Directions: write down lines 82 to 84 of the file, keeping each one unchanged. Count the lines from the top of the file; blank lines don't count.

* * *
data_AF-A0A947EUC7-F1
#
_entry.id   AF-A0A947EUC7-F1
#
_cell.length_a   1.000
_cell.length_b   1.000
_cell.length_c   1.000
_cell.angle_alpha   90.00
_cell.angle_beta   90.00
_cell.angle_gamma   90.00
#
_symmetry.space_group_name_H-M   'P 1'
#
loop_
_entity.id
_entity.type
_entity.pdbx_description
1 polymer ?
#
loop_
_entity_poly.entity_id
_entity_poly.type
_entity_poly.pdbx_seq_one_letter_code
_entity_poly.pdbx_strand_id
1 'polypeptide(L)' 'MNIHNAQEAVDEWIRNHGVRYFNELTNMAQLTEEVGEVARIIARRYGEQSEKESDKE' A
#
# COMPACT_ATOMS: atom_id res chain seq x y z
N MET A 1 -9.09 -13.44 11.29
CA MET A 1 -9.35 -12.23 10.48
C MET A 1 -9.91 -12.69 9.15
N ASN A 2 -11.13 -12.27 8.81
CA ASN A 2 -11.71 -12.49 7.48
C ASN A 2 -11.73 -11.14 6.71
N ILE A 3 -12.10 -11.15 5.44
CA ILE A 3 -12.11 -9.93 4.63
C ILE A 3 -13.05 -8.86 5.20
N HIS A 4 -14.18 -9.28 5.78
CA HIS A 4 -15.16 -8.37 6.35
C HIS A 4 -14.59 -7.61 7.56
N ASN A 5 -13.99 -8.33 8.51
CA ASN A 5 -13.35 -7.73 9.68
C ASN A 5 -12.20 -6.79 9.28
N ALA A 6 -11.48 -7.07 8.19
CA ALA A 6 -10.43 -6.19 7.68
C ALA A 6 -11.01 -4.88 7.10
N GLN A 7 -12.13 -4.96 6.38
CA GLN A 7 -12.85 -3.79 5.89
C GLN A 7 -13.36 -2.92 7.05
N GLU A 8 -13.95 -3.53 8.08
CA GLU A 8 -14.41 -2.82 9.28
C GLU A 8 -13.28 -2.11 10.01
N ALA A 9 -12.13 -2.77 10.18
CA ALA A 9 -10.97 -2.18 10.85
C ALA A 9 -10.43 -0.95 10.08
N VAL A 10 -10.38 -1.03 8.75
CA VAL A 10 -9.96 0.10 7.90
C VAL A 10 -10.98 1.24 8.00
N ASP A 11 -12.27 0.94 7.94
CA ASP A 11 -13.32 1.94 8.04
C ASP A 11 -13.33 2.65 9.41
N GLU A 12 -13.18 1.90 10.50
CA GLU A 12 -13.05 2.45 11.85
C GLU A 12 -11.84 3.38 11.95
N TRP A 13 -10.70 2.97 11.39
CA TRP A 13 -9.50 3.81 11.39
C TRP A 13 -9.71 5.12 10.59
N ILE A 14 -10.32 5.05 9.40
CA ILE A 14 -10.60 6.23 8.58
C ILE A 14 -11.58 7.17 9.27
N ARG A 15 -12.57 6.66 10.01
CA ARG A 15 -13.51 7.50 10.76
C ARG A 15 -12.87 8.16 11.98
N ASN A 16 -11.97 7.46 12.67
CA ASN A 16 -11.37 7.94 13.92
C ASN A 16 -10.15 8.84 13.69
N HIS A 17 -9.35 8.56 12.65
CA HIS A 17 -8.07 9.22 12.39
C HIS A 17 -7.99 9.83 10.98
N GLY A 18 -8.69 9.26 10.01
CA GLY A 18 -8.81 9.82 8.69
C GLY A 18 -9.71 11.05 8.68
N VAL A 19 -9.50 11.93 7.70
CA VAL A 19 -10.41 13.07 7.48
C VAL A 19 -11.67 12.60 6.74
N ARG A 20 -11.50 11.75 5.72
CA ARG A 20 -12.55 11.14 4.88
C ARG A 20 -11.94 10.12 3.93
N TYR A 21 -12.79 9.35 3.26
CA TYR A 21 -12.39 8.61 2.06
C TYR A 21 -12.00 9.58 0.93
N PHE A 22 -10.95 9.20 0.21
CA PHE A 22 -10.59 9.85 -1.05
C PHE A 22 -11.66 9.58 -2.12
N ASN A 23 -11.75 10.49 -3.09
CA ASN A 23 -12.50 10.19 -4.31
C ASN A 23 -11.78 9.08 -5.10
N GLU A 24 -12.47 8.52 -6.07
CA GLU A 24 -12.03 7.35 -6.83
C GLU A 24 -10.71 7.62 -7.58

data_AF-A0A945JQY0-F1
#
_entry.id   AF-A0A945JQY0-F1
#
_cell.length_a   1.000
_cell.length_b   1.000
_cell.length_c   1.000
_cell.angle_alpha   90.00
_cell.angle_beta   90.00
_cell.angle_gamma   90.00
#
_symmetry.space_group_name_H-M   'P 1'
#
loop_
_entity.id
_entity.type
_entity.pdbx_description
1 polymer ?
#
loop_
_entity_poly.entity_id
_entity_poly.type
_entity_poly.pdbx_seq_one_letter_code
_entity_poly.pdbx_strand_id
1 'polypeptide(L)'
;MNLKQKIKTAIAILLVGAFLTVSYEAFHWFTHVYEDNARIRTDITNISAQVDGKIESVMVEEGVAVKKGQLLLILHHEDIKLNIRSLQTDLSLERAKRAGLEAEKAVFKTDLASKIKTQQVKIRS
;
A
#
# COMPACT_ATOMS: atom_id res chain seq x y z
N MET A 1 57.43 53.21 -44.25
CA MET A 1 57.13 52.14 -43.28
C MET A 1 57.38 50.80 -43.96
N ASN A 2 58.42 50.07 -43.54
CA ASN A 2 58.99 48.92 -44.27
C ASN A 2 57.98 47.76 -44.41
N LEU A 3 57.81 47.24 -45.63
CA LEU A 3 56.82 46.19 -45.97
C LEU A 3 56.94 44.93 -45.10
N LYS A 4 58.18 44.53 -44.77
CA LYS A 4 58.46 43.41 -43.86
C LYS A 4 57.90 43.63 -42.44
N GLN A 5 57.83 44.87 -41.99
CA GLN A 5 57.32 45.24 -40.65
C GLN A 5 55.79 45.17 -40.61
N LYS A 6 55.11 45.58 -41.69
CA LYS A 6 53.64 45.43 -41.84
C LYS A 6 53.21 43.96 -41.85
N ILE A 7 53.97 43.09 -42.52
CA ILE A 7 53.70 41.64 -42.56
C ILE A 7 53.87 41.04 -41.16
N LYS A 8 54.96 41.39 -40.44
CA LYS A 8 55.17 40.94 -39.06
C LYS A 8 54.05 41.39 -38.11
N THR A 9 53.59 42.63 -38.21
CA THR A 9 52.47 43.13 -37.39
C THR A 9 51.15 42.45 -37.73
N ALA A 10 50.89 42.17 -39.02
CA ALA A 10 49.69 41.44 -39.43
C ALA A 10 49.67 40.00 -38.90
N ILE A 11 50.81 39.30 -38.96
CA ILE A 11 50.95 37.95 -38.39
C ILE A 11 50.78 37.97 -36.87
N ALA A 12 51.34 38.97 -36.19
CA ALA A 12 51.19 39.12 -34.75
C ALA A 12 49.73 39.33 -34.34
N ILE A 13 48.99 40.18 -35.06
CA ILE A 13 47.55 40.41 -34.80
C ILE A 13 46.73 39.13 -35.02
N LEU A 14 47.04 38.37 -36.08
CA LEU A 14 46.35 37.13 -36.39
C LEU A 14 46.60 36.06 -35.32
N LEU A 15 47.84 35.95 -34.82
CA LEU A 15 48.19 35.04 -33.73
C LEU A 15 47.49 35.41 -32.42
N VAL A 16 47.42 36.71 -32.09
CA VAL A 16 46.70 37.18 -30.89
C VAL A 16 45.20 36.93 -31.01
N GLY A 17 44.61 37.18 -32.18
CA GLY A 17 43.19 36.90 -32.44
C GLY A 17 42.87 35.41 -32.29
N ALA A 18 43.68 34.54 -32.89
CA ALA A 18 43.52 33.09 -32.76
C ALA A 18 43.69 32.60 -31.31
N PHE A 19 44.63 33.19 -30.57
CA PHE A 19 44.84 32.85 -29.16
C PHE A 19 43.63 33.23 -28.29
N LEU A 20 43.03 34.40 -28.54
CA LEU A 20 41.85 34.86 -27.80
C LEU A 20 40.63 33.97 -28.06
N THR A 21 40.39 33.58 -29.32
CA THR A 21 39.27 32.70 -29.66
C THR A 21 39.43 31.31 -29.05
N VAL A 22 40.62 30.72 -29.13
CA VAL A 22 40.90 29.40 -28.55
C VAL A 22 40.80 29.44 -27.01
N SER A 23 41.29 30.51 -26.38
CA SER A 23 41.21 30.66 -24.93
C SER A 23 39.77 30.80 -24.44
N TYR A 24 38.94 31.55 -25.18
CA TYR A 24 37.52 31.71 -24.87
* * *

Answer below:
N VAL A 19 -9.50 11.93 7.70
CA VAL A 19 -10.41 13.07 7.48
C VAL A 19 -11.67 12.60 6.74